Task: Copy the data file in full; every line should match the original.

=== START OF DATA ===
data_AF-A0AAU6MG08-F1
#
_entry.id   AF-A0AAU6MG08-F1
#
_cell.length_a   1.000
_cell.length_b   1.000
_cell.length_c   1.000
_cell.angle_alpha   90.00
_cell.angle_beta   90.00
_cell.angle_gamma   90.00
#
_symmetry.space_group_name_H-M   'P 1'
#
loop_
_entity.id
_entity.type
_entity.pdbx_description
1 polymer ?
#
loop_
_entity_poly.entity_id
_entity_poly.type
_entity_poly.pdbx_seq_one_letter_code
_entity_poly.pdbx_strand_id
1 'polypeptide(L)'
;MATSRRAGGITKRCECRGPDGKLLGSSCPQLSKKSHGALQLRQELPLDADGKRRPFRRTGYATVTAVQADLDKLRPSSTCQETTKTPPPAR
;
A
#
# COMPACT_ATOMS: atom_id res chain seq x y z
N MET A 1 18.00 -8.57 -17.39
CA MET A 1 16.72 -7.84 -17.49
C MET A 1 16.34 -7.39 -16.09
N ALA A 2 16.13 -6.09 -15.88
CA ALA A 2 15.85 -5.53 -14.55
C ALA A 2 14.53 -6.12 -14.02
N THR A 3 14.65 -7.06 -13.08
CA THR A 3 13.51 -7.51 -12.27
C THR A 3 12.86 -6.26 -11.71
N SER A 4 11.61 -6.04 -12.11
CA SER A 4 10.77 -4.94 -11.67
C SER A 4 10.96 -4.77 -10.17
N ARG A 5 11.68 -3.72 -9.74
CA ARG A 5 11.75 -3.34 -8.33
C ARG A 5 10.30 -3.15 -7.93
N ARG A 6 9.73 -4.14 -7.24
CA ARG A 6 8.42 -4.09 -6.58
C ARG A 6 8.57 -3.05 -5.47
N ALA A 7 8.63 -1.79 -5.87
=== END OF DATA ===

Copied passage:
data_AF-A0AAU6MG08-F1
#
_entry.id   AF-A0AAU6MG08-F1
#
_cell.length_a   1.000
_cell.length_b   1.000
_cell.length_c   1.000
_cell.angle_alpha   90.00
_cell.angle_beta   90.00
_cell.angle_gamma   90.00
#
_symmetry.space_group_name_H-M   'P 1'
#
loop_
_entity.id
_entity.type
_entity.pdbx_description
1 polymer ?
#
loop_
_entity_poly.entity_id
_entity_poly.type
_entity_poly.pdbx_seq_one_letter_code
_entity_poly.pdbx_strand_id
1 'polypeptide(L)'
;MATSRRAGGITKRCECRGPDGKLLGSSCPQLSKKSHGALQLRQELPLDADGKRRPFRRTGYATVTAVQADLDKLRPSSTCQETTKTPPPAR
;
A
#
# COMPACT_ATOMS: atom_id res chain seq x y z
N MET A 1 18.00 -8.57 -17.39
CA MET A 1 16.72 -7.84 -17.49
C MET A 1 16.34 -7.39 -16.09
N ALA A 2 16.13 -6.09 -15.88
CA ALA A 2 15.85 -5.53 -14.55
C ALA A 2 14.53 -6.12 -14.02
N THR A 3 14.65 -7.06 -13.08
CA THR A 3 13.51 -7.51 -12.27
C THR A 3 12.86 -6.26 -11.71
N SER A 4 11.61 -6.04 -12.11
CA SER A 4 10.77 -4.94 -11.67
C SER A 4 10.96 -4.77 -10.17
N ARG A 5 11.68 -3.72 -9.74
CA ARG A 5 11.75 -3.34 -8.33
C ARG A 5 10.30 -3.15 -7.93
N ARG A 6 9.73 -4.14 -7.24
CA ARG A 6 8.42 -4.09 -6.58
C ARG A 6 8.57 -3.05 -5.47
N ALA A 7 8.63 -1.79 -5.87